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Ya I agree that when I've seen this sort of 3 point jam it was because of my reloads and not enough taper crimp. Hard to cope with that with factory ammo though but I do like the EGW higher mag catch, I use one and it might help you overcome poor ammo like that.
 

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Try running some of the problematic Blazer ammo through the seat/crimp die. If the problem goes away...bimbo, nailed it.
 

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Hi,
Just throwing things on the wall and see if anything sticks but...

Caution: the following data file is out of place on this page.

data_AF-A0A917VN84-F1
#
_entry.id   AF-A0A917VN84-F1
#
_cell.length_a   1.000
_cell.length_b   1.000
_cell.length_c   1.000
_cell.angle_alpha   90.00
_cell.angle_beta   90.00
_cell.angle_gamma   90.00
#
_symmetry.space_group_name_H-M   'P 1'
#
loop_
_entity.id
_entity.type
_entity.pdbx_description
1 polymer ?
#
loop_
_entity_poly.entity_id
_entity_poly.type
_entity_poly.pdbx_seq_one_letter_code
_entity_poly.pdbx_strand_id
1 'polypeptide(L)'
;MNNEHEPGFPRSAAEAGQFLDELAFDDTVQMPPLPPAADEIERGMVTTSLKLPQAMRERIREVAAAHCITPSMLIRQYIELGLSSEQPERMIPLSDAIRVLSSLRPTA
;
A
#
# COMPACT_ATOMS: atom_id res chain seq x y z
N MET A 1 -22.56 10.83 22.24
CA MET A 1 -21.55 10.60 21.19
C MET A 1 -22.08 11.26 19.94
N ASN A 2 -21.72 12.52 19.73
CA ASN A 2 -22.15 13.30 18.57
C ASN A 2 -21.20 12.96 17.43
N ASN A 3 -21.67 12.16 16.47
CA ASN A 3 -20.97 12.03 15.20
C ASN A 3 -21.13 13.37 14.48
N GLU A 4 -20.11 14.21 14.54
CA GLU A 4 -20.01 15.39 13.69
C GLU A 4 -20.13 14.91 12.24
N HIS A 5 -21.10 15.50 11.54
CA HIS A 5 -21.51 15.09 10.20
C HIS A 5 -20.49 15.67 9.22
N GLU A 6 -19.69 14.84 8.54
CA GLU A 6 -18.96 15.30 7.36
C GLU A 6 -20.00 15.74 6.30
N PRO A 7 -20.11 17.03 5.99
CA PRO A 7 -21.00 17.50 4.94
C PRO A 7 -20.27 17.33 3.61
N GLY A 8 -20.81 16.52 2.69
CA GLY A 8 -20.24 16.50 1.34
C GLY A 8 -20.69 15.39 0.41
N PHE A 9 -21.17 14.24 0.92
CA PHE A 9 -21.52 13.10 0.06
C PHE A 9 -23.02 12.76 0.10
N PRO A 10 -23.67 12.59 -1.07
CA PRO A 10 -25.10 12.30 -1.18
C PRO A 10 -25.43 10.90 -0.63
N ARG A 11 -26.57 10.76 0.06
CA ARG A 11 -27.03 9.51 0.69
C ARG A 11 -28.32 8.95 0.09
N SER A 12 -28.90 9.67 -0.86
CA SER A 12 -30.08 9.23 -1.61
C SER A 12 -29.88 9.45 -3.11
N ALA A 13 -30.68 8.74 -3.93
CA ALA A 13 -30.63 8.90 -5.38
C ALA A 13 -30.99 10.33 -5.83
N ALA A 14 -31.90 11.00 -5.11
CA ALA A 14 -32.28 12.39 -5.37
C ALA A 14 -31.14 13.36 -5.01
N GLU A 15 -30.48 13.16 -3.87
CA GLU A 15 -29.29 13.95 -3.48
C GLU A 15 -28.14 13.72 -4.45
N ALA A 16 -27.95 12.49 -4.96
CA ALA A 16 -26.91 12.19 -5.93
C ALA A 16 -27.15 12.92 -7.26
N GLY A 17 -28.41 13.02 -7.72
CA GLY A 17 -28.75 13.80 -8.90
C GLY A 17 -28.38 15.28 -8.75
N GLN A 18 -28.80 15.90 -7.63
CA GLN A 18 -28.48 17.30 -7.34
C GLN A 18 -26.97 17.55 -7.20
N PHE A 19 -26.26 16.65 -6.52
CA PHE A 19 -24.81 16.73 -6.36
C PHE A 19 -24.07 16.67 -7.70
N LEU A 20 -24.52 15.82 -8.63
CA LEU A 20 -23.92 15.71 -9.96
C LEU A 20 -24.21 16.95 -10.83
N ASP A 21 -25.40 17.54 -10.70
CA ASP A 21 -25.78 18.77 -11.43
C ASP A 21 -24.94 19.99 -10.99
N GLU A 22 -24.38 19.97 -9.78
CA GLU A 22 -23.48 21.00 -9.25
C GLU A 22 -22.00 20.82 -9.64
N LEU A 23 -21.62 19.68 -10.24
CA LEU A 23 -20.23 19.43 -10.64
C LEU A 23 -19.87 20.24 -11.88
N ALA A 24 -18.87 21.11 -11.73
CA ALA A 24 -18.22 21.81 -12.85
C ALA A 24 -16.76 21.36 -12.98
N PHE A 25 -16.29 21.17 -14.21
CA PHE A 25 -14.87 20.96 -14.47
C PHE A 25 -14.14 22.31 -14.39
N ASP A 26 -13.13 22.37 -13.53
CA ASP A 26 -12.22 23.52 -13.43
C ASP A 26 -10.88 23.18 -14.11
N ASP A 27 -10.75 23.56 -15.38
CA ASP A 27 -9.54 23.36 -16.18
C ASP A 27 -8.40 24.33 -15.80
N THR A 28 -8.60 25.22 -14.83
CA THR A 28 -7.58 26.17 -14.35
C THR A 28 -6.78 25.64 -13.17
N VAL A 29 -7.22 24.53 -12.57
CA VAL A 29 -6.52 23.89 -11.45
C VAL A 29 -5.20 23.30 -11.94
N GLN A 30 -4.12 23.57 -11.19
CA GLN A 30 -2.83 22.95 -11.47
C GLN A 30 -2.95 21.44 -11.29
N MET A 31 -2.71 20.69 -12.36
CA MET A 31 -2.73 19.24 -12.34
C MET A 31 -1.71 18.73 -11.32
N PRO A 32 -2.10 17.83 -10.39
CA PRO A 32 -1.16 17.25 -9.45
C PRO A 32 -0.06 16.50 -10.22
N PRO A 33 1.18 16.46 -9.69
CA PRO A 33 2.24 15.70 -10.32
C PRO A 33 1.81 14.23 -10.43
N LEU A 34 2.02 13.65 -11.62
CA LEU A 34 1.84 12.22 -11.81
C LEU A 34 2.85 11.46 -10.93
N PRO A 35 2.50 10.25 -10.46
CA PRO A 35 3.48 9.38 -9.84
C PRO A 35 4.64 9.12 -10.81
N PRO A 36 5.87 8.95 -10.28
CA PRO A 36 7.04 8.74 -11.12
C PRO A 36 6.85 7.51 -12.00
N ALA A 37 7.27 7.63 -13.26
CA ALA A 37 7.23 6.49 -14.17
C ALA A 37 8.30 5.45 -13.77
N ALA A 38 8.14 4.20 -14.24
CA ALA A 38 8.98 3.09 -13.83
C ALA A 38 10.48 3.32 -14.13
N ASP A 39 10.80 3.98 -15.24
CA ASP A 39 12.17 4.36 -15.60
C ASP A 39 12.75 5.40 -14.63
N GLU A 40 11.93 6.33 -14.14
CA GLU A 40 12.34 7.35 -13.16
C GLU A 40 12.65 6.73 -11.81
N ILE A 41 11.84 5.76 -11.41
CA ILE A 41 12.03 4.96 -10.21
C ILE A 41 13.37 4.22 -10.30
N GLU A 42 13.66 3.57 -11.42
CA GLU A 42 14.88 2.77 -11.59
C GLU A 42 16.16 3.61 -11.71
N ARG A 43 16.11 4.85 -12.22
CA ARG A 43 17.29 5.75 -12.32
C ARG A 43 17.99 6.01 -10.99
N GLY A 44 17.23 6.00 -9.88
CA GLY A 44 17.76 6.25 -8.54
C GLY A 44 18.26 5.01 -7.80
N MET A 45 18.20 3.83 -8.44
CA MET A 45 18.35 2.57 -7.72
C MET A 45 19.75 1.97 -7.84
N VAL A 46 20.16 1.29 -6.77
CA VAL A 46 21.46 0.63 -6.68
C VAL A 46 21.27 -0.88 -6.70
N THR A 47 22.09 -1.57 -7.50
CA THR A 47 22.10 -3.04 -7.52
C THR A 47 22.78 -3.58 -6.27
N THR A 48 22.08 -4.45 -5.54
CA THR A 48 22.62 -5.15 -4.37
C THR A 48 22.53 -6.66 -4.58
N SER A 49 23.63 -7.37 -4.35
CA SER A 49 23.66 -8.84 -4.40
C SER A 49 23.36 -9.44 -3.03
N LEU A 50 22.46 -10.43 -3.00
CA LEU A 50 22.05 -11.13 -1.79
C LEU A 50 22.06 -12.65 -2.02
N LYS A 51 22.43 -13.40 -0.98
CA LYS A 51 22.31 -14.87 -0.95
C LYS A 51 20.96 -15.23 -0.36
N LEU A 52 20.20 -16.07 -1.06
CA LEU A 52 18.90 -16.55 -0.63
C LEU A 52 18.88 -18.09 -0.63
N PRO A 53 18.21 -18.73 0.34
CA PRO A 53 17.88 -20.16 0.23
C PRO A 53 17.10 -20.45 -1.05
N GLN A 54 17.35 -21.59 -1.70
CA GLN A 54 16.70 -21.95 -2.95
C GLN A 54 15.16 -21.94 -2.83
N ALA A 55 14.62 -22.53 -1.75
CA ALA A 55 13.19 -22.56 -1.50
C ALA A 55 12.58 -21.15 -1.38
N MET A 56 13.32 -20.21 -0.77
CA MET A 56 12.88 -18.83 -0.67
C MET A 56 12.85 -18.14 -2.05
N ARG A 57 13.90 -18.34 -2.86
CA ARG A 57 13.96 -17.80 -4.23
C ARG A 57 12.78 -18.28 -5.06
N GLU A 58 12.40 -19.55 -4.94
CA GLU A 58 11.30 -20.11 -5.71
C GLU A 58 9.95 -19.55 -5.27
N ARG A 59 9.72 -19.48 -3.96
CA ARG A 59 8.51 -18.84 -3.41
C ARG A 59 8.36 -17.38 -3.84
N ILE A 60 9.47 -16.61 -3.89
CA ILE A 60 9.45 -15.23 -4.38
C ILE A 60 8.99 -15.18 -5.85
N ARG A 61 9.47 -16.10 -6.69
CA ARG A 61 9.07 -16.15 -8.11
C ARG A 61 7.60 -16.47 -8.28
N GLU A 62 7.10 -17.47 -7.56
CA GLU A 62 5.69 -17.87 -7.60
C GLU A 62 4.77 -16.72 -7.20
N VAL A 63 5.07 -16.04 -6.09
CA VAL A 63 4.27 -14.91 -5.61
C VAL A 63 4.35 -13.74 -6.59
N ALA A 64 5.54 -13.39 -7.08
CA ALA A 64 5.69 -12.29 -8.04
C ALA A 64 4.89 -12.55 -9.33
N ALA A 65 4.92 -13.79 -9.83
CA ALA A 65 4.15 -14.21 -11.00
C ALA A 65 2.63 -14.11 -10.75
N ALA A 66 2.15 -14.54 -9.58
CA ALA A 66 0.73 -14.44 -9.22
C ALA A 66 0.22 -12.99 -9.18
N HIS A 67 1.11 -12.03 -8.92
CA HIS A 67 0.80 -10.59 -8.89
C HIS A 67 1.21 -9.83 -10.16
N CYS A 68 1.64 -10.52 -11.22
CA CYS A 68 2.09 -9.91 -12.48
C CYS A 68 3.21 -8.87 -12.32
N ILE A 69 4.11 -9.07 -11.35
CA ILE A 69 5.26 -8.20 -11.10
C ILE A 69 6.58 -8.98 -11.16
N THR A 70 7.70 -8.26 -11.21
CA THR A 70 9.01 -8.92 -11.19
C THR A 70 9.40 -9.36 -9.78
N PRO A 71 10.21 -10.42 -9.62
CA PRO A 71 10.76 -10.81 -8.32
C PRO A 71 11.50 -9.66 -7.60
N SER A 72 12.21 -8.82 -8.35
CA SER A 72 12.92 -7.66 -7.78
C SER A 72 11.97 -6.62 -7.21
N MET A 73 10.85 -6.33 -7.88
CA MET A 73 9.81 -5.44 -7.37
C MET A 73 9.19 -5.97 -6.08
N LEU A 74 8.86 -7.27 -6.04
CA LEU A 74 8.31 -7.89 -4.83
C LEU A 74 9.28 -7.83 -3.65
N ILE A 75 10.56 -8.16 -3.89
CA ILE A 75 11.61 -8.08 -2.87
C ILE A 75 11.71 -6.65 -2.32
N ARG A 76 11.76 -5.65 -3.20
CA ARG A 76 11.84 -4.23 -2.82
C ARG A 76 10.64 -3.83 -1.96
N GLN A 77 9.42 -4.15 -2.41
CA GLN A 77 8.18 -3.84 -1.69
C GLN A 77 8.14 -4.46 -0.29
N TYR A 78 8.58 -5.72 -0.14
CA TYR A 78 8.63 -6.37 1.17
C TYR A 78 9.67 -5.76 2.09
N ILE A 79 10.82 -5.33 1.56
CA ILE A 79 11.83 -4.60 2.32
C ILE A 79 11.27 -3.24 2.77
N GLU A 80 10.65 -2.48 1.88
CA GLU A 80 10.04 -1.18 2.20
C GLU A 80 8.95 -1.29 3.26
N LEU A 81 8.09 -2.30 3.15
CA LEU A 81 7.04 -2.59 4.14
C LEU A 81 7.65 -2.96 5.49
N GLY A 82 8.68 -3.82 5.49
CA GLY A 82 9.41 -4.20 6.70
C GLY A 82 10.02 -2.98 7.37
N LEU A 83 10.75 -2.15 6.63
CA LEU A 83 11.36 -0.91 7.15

If you are running good Wilson Mags, they should not be a problem?

The other thing is that even though that is factory ammo, as was noted, the case mouth on the ammo does not look good.

Might want to try, some more ammo and yes the higher mag catch as mentioned, would probably be a better mousetrap.

Also, if you have a protractor you might want to check the angle of the frame ramp.

Although, not as much of a problem as years ago, still happens.

Ramp angle, should be 31.5 degrees.
 

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Many moons back I shot a match. Ended hideously embaressed, not by my shooting but by gun and my backup gun. Similar issues to OP’s. Both guns did it. Went home and a couple other guns did it. Same sytle weight bullet, the load always ran well in the guns. I couldn’t figure it out because that style and weight bullet always worked. Well I settled down after my unsettled mood and did the investigative thing.